Rode up to London. Dined at home, with Byron – received a letter from Colonel Doyle pressing the signature of the separations – Byron said he should wait for his lawyer’s opinion, but would do it. I wrote an answer to Doyle for the next day, stating the fact and the difficulty – I went to Lady Jersey’s this evening … nothing happened –
On arriving at Piccadilly today I found Sam Rogers and Leigh Hunt up in arms at the publication of Fare Thee Well and the Sketch in Scott’s Champion of yesterday, with violent abuse of Lord Byron – Byron and I left Hunt to compose a paragraph for Perry – he did so. It would not do. I wrote one which was agreed to and went in the evening to the Strand. Perry was not there. I found the verses in the press – the Herald had them today, with the same headline as the Champion – “Lord Byron’s verses on his own domestic circumstances”. I came back to Byron, dressed, went again – saw Perry, who most liberally agreed to do most anything – went to Lady Jersey’s afterward.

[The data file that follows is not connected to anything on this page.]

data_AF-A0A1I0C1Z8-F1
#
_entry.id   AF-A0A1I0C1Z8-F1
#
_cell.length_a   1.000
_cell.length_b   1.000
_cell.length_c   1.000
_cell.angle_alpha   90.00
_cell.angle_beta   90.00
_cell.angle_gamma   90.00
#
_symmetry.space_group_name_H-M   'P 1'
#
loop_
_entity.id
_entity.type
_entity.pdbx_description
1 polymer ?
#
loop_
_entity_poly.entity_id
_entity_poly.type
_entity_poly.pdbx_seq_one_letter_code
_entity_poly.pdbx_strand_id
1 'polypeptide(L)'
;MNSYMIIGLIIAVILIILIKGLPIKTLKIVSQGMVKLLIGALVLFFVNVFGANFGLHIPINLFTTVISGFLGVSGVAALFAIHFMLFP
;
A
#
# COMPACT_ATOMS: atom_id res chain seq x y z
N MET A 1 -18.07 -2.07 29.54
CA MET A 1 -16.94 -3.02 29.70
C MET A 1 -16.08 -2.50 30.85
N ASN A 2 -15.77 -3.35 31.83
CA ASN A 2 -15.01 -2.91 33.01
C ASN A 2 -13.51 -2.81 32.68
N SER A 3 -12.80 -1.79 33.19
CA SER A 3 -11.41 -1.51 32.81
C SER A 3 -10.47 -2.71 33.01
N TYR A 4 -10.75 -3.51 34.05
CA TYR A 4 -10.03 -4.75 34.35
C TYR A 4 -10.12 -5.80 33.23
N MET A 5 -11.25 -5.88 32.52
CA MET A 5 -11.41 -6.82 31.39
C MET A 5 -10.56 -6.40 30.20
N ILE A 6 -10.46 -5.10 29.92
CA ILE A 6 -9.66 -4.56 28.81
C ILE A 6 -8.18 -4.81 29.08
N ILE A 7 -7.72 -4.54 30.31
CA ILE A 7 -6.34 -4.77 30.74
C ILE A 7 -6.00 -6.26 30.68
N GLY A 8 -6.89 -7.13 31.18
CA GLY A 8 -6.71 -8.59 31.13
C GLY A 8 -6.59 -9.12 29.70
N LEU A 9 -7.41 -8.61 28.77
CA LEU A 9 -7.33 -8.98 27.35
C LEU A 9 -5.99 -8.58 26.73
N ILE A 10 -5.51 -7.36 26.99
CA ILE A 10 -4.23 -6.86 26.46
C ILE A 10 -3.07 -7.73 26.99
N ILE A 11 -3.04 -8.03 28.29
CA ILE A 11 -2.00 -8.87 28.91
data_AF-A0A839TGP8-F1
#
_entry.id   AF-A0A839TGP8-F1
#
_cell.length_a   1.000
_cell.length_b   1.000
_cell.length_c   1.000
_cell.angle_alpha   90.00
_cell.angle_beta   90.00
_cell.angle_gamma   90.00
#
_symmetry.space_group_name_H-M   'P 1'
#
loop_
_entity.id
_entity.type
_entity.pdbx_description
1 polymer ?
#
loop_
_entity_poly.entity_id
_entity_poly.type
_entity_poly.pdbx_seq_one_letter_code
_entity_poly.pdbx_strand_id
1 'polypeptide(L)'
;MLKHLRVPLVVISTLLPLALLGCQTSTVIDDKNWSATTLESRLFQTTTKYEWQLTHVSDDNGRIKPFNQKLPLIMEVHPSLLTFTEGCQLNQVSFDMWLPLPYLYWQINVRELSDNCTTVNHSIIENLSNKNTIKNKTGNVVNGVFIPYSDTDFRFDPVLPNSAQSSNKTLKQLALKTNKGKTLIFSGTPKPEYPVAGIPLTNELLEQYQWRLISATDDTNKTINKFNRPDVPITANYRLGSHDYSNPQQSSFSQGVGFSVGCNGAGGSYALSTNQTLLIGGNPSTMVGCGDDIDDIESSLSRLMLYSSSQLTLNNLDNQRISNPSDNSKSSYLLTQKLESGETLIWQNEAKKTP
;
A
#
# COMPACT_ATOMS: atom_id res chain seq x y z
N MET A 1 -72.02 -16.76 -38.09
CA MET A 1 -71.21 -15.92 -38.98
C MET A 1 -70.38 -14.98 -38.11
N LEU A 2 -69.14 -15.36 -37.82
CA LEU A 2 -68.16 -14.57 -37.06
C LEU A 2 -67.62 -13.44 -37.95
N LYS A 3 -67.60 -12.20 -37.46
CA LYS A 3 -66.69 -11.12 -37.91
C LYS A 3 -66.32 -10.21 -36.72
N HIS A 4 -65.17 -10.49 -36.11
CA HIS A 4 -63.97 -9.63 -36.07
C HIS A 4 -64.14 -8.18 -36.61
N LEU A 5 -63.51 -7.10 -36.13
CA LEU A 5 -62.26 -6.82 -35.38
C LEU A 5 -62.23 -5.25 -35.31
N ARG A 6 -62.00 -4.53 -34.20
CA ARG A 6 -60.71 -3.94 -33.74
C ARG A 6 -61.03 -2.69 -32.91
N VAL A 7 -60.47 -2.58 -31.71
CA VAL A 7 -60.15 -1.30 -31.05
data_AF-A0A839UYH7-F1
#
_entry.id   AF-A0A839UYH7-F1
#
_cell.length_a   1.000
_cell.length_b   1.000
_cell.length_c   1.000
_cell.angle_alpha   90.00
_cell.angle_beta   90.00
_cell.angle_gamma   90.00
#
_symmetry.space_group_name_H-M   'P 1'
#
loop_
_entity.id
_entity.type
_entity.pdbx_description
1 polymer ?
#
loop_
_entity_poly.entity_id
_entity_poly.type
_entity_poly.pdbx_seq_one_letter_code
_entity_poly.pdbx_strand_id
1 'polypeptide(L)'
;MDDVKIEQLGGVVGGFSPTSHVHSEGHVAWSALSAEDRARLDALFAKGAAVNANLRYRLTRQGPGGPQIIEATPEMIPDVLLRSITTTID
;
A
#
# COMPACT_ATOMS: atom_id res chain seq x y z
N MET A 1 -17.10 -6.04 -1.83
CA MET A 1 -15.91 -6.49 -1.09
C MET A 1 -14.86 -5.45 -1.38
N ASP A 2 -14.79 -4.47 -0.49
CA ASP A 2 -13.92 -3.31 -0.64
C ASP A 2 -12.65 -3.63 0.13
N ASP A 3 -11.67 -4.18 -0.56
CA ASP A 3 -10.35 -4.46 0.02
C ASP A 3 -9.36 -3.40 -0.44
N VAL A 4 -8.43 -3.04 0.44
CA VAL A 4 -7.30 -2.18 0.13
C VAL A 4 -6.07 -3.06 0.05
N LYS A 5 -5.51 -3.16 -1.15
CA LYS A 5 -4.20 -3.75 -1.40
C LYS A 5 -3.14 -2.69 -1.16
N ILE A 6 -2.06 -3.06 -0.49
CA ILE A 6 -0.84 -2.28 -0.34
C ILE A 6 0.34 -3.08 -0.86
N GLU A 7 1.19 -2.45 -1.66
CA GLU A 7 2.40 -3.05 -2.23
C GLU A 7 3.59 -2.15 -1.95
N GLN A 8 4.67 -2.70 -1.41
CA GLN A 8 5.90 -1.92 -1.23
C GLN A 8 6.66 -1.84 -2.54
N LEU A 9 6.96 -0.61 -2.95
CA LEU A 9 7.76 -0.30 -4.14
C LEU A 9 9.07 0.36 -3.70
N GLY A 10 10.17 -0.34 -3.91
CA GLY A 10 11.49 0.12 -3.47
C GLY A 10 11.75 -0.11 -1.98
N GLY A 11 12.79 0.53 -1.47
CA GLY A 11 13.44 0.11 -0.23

— John Cam Hobhouse writes in his diary, April 15 1816.